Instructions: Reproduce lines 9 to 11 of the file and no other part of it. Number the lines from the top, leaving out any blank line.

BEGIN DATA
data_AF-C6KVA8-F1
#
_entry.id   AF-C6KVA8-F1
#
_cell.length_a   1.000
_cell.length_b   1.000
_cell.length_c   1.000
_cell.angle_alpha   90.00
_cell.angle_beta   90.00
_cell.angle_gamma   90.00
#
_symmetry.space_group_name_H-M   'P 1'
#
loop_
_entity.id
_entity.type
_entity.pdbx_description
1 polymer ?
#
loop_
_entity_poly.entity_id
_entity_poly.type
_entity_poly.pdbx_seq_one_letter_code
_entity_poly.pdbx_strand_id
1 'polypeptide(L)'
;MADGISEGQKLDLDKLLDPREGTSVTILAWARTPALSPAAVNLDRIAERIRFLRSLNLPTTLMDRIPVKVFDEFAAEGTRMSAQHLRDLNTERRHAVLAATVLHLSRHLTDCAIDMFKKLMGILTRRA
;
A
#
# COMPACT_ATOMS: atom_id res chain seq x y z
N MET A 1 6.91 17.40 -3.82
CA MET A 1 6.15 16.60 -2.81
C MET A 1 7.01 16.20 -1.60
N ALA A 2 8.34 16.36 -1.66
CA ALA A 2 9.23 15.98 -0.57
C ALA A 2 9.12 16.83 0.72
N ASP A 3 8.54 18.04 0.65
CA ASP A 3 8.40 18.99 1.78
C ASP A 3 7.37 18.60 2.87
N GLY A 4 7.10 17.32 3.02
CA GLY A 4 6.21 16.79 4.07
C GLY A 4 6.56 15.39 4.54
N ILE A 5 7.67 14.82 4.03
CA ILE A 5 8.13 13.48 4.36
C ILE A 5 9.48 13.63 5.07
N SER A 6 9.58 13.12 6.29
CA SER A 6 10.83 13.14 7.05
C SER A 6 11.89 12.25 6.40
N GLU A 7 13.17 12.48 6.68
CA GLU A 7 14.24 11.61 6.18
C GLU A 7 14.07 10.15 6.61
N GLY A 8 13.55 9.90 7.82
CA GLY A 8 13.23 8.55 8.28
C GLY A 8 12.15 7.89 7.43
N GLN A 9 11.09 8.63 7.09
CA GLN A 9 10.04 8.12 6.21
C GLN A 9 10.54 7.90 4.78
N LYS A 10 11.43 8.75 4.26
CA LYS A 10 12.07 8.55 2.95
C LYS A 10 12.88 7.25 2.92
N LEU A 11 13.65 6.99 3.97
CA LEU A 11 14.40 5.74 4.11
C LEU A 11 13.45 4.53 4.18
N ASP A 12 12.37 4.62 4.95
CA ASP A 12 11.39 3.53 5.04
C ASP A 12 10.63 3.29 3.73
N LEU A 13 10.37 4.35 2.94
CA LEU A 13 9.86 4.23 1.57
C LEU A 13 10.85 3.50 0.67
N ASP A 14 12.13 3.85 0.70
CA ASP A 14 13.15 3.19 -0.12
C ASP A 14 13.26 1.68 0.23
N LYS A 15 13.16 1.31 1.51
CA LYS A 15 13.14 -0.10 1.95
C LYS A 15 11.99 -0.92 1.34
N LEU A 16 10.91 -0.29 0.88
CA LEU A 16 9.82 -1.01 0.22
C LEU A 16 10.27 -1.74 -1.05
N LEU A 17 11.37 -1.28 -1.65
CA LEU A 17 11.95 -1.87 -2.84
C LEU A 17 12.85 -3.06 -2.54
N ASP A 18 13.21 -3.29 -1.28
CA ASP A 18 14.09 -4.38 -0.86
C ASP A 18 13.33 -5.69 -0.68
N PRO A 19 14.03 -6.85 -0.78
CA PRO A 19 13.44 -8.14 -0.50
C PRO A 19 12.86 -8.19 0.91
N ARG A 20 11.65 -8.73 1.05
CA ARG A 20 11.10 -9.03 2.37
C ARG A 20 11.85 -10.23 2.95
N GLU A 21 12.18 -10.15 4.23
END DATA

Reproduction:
_cell.angle_beta   90.00
_cell.angle_gamma   90.00
#